New GOP lead­ers look ahead to chal­lenges at Leg­is­la­ture

Yuma Sun - - OPINION - BY HOWARD FIS­CHER

PHOENIX — Newly elected House Speaker Rusty Bow­ers in­her­its a cham­ber where he can’t af­ford to alien­ate a sin­gle Repub­li­can.

Bow­ers, cho­sen Wed­nes­day by fel­low Repub­li­cans to run the House for the next two years, finds the edge of the ma­jor­ity party clipped from 35-25 for the last two years to just 31-29 after Tues­day’s elec­tion as Democrats ap­par­ently have picked up four seats. And what makes that sig­nif­i­cant is it takes 31 votes for fi­nal ap­proval of any mea­sure.

What that does, Bow­ers ac­knowl­edged, is em­power any in­di­vid­ual Repub­li­can with the abil­ity to hold out their vote on pri­or­i­ties of the GOP lead­er­ship un­til the mea­sure is al­tered to ad­dress his or her con­cerns.

But Bow­ers, a Mesa res­i­dent, said the re­verse holds true for the Democrats who could find some­one de­fect­ing to sup­port a Repub­li­can bill if he or she gets some­thing in re­turn.

“Ev­ery mem­ber of ei­ther cau­cus has a great amount of author­ity and power,’’ said Bow­ers, who has 10 years of leg­isla­tive ex­pe­ri­ence, in­clud­ing two as Se­nate ma­jor­ity leader.

“It makes lead­er­ship more sen­si­tive to each mem­ber’s needs and wants,’’ he said. “And those we’ll just have to work through.’’

And that presents chal­lenges for House GOP lead­ers who also in­clude War­ren Petersen of Gil­bert as ma­jor­ity leader and Becky Nutt of Clifton as ma­jor­ity whip.

“It’s go­ing to be a wild ride just keep­ing the herd go­ing,’’ Bow­ers said.

Across the court­yard, Karen Fann of Prescott who was cho­sen Wed­nes­day by her Repub­li­can col­leagues as Se­nate pres­i­dent, doesn’t have quite the same prob­lem. If the vote tal­lies hold, she will have 17 Repub­li­cans in the 30-mem­ber cham­ber when the new ses­sion con­venes in Jan­uary, the same as last year.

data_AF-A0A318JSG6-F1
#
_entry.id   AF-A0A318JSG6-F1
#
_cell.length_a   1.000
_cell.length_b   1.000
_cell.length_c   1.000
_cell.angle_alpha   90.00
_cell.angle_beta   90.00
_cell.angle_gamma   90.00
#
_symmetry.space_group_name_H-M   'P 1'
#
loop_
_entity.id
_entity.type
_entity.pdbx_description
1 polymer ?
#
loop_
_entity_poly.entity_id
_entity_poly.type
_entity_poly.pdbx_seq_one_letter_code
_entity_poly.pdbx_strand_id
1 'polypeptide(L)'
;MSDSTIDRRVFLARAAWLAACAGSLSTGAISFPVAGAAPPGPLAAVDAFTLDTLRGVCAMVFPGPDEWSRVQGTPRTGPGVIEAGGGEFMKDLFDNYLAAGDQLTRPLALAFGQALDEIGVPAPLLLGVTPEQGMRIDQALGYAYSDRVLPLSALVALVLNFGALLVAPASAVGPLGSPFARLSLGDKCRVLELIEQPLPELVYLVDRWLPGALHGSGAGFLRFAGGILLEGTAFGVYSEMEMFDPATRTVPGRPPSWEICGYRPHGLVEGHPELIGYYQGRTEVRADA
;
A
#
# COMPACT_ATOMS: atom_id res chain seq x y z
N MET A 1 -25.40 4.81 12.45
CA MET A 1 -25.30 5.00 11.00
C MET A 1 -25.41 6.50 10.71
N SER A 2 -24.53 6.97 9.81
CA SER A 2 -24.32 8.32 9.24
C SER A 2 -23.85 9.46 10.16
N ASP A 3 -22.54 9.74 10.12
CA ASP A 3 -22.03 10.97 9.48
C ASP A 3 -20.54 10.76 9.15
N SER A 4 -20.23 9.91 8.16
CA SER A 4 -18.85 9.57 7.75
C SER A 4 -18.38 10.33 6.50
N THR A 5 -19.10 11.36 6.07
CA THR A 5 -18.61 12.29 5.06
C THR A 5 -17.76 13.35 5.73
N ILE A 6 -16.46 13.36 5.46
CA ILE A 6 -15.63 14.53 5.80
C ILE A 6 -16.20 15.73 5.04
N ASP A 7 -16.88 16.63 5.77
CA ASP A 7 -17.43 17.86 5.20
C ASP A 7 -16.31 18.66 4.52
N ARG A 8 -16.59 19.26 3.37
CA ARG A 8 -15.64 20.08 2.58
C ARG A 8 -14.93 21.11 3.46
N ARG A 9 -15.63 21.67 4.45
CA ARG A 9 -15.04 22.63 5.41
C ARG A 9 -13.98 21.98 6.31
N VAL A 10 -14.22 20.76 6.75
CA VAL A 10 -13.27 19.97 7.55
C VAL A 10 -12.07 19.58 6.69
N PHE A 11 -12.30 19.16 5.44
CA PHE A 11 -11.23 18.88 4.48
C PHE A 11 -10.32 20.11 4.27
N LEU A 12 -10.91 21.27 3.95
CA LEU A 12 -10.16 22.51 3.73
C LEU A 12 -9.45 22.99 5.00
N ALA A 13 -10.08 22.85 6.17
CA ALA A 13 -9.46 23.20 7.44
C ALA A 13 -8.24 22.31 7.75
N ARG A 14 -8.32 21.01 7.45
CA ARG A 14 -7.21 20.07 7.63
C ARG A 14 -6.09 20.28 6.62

But Fann, first elected to the House in 2010 be­fore mov­ing to the Se­nate in 2016, said that lit­tle bit of ex­tra GOP edge does not mean Repub­li­cans can get through any­thing they want — or that Democrats can or should be ig­nored.

“The bot­tom line is we need to have re­spect for each other,’’ she said.

“Re­mem­ber: We were all elected equally by our con­stituents,’’ Fann said. And she said many of the dis­tricts, while rep­re­sented by a law­maker from one party, in­clude a sub­stan­tial num­ber of vot­ers from the other side of the po­lit­i­cal aisle whose views and needs also need to be taken into con­sid­er­a­tion. Her lead­er­ship team in­cludes Rick Gray of Sun City as ma­jor­ity leader and Sonny Bor­relli of Lake Havasu City as ma­jor­ity whip.

One area that could get more at­ten­tion is trans­porta­tion fund­ing. Rep. Noel Camp­bell, R-Prescott, has been push­ing for new sources of rev­enues to both fix ex­ist­ing roads and bridges as well as build new ones.

The sit­u­a­tion is com­pli­cated by the fact that Ari­zona’s 18-cent-a-gal­lon gaso­line tax has not been hiked since 1991, when 18 cents was worth more than now. And then there’s the fact that new ve­hi­cles are more fuel ef­fi­cient, mean­ing that gas tax rev­enues are not in­creas­ing as fast as the miles driven.

With Camp­bell now a four-year vet­eran and the need for the GOP to hang on to ev­ery vote, the law­mak­ers who want new dol­lars — par­tic­u­larly those from ru­ral ar­eas — have ad­di­tional po­lit­i­cal mus­cle.

“I know that more money is needed for trans­porta­tion be­cause I drive on it and you drive on it,’’ said Bow­ers. And he said that this can’t sim­ply be seen as a ru­ral prob­lem.

Fann agreed. “We all use our high­ways,’’ she said. “And I-17 and I-10, they’re night­mares right now.’’

That, how­ever, still leaves the ques­tion of how to pay for all that.

“No­body wants to see their taxes raised,’’ Fann said.

“But, also, the re­al­ity is there are cer­tain fun­da­men­tal things that govern­ment is sup­posed to take care of,’’ she said. And Fann said trans­porta­tion — along with ed­u­ca­tion and pub­lic safety — are those fun­da­men­tals that must be ad­e­quately funded.

“We need to have the con­ver­sa­tion about how do we fund,’’ she said.

One other big pri­or­ity is wa­ter sup­ply — and ef­forts to come up with a drought con­tin­gency plan in the like­li­hood that Ari­zona will lose some of its al­lo­ca­tion of Colorado River wa­ter.

“There have been some wrin­kles of late,’’ Bow­ers said. “We’re go­ing to keep talk­ing and keep lis­ten­ing and con­sid­er­ing all the op­tions on the ta­ble.’’

That also in­cludes mak­ing sure that all sources of wa­ter are part of any deal.

Fann said one thing work­ing to help craft a so­lu­tion is that, un­til re­cently, ques­tions of wa­ter sup­ply were con­sid­ered sim­ply a ru­ral prob­lem. But now, she said, the threat of a short­age makes it a statewide is­sue.

“So that’s great that we’re able to come to­gether on those kind of con­ver­sa­tions,’’ she said.

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